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  • Writer's pictureRaychel Plath

Stop, Collaborate and Listen

Source // giphy

While the Australian government continues to try to block access to certain torrenting sites, and corporate big-wigs compare internet pirates to heroin dealers, the issue of music copyright has taken something of a back-seat in the recent years. With the prevalence of legal online streaming services, the contentious amount of music royalties paid by these streaming services, and the decrease in live music venues, the everyday musician is in perpetual financial struggleville. According to a 2011 report by Ernst & Young, the average annual income for a professional musician ranges from $7,000 to $12, 000.

Copyright for musicians is pretty important. It safeguards their creative rights against others who attempt to profit (without permission) from said work. What constitutes copyright infringement differs from jurisdiction to jurisdiction, but what the below cases illustrate is that it’s not as black and white as most of the legislation accounts for.


The superb all-female Bronx group, The Chiffons recorded a catchy-as-hell tune named “He’s So Fine” in December 1962. George Harrison recorded “My Sweet Lord” in 1970 and it became the biggest-selling single of 1971 in the UK. In February 1971 Bright Tunes Music Corporation (who owned the rights to “He’s So Fine”) went to court, alleging that Harrison’s song plagiarised “He’s So Fine”. When the case finally made it trial in February 1976, the judge ruled in favour of Bright Tunes, stating that Harrison had committed “subconscious” plagiarism, with the two songs being basically the same bar some minor note and chord differences.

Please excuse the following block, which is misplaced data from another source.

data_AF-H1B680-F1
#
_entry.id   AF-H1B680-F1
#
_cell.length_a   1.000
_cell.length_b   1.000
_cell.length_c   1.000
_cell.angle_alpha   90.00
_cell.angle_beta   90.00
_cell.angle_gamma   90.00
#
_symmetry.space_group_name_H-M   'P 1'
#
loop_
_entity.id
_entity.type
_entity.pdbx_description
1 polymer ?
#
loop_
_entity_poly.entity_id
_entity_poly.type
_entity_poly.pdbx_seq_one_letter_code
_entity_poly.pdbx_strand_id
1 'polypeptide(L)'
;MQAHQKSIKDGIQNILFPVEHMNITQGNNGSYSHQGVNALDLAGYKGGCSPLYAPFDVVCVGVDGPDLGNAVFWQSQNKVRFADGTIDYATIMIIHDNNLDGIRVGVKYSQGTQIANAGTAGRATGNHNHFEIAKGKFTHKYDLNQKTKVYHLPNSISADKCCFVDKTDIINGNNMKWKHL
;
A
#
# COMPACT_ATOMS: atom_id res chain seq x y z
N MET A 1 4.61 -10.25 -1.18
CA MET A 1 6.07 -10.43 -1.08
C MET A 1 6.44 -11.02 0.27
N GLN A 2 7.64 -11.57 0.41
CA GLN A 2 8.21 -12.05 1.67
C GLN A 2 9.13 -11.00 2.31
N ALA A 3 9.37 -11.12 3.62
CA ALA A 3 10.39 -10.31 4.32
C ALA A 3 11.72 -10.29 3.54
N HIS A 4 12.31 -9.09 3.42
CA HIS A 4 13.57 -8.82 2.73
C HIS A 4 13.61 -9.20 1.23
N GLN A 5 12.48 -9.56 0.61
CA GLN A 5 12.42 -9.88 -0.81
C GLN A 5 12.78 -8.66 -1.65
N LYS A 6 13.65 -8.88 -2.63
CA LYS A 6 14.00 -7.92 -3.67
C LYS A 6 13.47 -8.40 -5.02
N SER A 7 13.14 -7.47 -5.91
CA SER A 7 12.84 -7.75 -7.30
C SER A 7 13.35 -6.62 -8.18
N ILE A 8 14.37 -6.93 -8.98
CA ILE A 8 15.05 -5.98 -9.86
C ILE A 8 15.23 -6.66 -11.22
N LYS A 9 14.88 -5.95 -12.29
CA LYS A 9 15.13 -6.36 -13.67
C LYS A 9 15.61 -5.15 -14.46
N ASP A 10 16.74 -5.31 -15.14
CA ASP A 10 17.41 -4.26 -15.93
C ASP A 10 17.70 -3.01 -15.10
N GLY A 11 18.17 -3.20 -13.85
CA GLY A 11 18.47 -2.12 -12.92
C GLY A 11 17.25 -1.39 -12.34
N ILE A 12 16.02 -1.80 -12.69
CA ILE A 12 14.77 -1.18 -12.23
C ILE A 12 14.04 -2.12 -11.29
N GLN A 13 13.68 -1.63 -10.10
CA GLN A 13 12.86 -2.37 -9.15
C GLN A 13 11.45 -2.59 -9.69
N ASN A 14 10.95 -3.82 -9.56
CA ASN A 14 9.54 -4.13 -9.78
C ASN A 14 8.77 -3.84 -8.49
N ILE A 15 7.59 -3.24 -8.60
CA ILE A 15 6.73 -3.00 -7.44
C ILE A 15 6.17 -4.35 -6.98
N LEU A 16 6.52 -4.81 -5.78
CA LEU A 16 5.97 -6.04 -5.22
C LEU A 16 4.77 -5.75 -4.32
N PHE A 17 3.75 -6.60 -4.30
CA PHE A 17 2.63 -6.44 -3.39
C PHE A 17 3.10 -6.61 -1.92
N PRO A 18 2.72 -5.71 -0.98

Damages were due to be assessed in November 1976, but were delayed until February 1981. By this time, Harrison’s former manager (and legal adviser during the first phase of the case) had purchased Bright Tunes and was now technically the plaintiff. Eventually Harrison agreed to actually buy Bright Tunes, however litigation continued for another 17 years until March 1998 when it was eventually settled.

Aside from the fact that this is actually one of the longest cases in American history (27 years in total), the judgment from this case changed the way the industry viewed plagiarism and music copyright. According to the law, it was now possible to plagiarise a song and not realise it.


The main difference between this copyright case and most others is that Ice intentionally copied the most-excellent bass line from David Bowie and Queen’s tune “Under Pressure” for his 1990 breakthrough hit “Ice, Ice Baby”.

This case raised discussion regarding the ability of copyright legislation to protect both the financial and creative interests of artists. Whilst Ice settled out of court and Queen and Bowie were financially compensated, both Queen and Bowie will forever be associated with a song they had no intention of being part of. Such an association could be incredibly damaging for other artists in a similar predicament, and the question arises as to whether copyright legislation can and should protect artists from this type of damage.


Released in March 2013, “Blurred Lines” was, IMHO, a creepy song that encouraged rape culture. It was also banned across 20 UK student unions, with the song not allowed to be played at functions within union spaces due to its glorification of sexual violence against women.

Now, if that isn’t bad enough, the family of the late soul-legend Marvin Gaye, alleged the song infringed Gaye’s funktastic 1977 hit “Got To Give It Up”. Gaye’s family took Thicke & Pharrell to court, where a judge ordered the pair pay $7.3 million dollars to Gaye’s family. This was later decreased to $5.3 million, with Gaye’s family also receiving 50% of the song’s future royalties.

What makes this particular case so interesting and substantially different from previous cases is that the actual sheet music of each song is not remarkably similar. The determining factor was the vibe; the Gayes successfully claimed that such elements as the use of the cowbell and background chatter equated to copyright infringement. This case is now up for appeal, and the outcome will have significant impacts on copyright law should it be determined to extend to concepts, styles and techniques.

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